The world changes and evolves so quickly that we forget how great things were in the past. OK, I’m a sucker for nostalgia, but am I wrong? In Knights of Swing, we’re carried gently back to yesteryear, when swing and big band were the music of choice for the men returning home after World War II. The film, written and directed by Emilio Palame and David M. Gutel with Rolland Jacks as co-writer, takes place in 1947 in the city of Lynwood, a suburb of Los Angeles, and is based on Jacks’ teen years.
Teenagers Gifford Williams (Curran Barker) and Nolan Edwards (Kyle DeCamp) dream of turning their garage band, the Jammin’ Pajama Men, into a full-fledged swing band. So they enlist the help of their Castle High School science teacher, Herb Miller (Richard Neil). With the support of principal Lou “King” Arthur (Emilio Palame), the Knights of Swing are born, and everything moves along swingingly. As musicians, the students are exceptional (must be that Lynwood water), and Giff’s talent for composing is elevated thanks to Herb’s groovy orchestrations.
But, like any good high, it’s gotta come crashing down. When the Knights begin their search for a female singer, Mrs. Burlutski (Amanda Lamberti), wife of one of the school board members, vows to shut them down when they refuse to let her insufferably more “talented” daughter be the lead singer. The town believes the Knights of Swing are ready to take on the Santa Barbara Swing Competition, yet Burlutski and her band of racist cohorts place one roadblock after another to put an end to the band and crush the dreams of the Castle High music department.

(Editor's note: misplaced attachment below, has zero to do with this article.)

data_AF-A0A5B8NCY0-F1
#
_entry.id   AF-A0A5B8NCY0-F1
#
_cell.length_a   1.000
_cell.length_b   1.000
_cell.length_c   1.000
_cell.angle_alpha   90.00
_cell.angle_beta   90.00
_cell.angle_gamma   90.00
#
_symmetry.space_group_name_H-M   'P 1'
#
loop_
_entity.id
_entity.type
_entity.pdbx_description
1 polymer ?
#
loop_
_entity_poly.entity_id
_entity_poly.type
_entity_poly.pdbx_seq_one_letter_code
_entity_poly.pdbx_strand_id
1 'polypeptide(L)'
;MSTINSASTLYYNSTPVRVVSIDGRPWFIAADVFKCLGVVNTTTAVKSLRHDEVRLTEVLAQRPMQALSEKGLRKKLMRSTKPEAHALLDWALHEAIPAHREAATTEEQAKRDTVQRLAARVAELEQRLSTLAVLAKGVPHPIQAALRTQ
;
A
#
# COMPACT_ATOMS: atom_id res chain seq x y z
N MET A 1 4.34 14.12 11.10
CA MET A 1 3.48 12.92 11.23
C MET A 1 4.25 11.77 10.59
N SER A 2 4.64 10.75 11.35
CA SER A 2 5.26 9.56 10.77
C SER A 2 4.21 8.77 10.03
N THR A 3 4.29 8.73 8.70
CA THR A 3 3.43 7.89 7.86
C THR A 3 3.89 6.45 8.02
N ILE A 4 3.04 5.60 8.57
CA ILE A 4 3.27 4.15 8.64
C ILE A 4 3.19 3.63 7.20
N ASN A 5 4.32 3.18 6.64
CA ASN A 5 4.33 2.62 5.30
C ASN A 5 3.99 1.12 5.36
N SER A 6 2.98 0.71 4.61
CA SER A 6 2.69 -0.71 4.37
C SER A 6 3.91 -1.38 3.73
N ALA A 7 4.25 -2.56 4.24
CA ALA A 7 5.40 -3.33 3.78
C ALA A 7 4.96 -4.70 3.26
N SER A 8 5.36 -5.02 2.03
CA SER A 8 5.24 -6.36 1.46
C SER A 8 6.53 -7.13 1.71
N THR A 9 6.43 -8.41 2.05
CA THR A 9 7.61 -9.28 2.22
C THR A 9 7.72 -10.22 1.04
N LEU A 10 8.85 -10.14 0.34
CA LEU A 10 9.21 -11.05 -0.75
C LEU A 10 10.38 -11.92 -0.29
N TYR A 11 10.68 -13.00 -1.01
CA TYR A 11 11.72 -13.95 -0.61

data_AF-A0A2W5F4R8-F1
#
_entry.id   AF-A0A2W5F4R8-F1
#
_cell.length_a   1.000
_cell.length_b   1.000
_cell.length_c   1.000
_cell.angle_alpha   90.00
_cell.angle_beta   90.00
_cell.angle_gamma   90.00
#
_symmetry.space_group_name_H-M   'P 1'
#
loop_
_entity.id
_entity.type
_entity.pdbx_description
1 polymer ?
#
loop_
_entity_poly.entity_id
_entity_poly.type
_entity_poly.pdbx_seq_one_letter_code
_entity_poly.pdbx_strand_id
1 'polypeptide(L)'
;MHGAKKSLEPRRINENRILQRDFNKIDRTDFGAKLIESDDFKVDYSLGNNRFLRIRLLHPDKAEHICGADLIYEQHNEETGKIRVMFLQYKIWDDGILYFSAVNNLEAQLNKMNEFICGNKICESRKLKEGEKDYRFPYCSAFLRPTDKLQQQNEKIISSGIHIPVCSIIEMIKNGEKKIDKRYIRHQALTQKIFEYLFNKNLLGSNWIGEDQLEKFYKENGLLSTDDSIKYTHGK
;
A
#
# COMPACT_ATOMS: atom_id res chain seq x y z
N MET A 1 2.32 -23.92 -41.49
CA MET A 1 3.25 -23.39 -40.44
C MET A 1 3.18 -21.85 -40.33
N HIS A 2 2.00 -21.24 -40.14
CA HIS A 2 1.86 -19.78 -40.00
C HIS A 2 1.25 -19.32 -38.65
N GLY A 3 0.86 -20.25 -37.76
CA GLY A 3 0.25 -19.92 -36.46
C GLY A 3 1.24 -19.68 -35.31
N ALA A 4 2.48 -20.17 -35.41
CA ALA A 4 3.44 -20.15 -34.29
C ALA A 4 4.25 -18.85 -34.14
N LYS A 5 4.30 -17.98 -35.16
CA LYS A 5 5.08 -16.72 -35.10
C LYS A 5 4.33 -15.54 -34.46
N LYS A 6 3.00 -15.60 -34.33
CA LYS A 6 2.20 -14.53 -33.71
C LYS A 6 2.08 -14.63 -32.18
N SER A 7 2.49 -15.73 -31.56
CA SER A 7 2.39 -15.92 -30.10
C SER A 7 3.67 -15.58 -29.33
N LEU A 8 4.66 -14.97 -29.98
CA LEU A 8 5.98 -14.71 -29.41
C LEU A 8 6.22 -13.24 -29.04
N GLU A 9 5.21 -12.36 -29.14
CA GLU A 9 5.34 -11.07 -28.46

“…dream of turning their garage band…into a full-fledged swing band…”
Knights of Swing is a feature film about a literal band of students with talent and a dream. The attraction of the film is the music. There’s a lot of it, and it sounds spectacular. As explained in the show, the Knights stood out from every other high school band because of their unique orchestrations. When it’s pointed out in the story, you hear it right away.
My only issue is that Palame and Gutel’s writing is way too on-the-nose with its inspiring story of youth and music. The good and bad characters are sharply defined. Good people act good, bolstered by a spirit of hope, and the bad people are really bad because of jealousy and racism. There is no nuance in the slightest. The story is also loaded with its fair share of happy coincidences. How is Lynwood suddenly producing musical progenies who all happen to be attending the same high school and all in the same class of students? The problem with a setting that is too perfect is that we know the outcome long before the finale.
That said, who can fault Knights of Swing for wanting to be a positive film? The film is about the personal, emotional, and societal influence music can have. It simply oozes positivity. So, of course, the fantastic music plays a significant role — more than you can imagine. The filmmakers make swing music a character throughout each episode. The students, along with musical mentors Herb and Lou, walk us through the songwriting and orchestration process like an advanced composition class. Like good teachers, they push for perfection but stay within the limits of the students’ abilities. Speaking of music, it’s top-notch, the bee’s knees. You’re in for a toe-tapping good time.
The Knights of Swing pushes hope, teamwork, and positivity to the extreme, which quite frankly is something we could use a lot more of these days.
For screening information, visit the Knights of Swing official website.
"…a toe-tapping good time."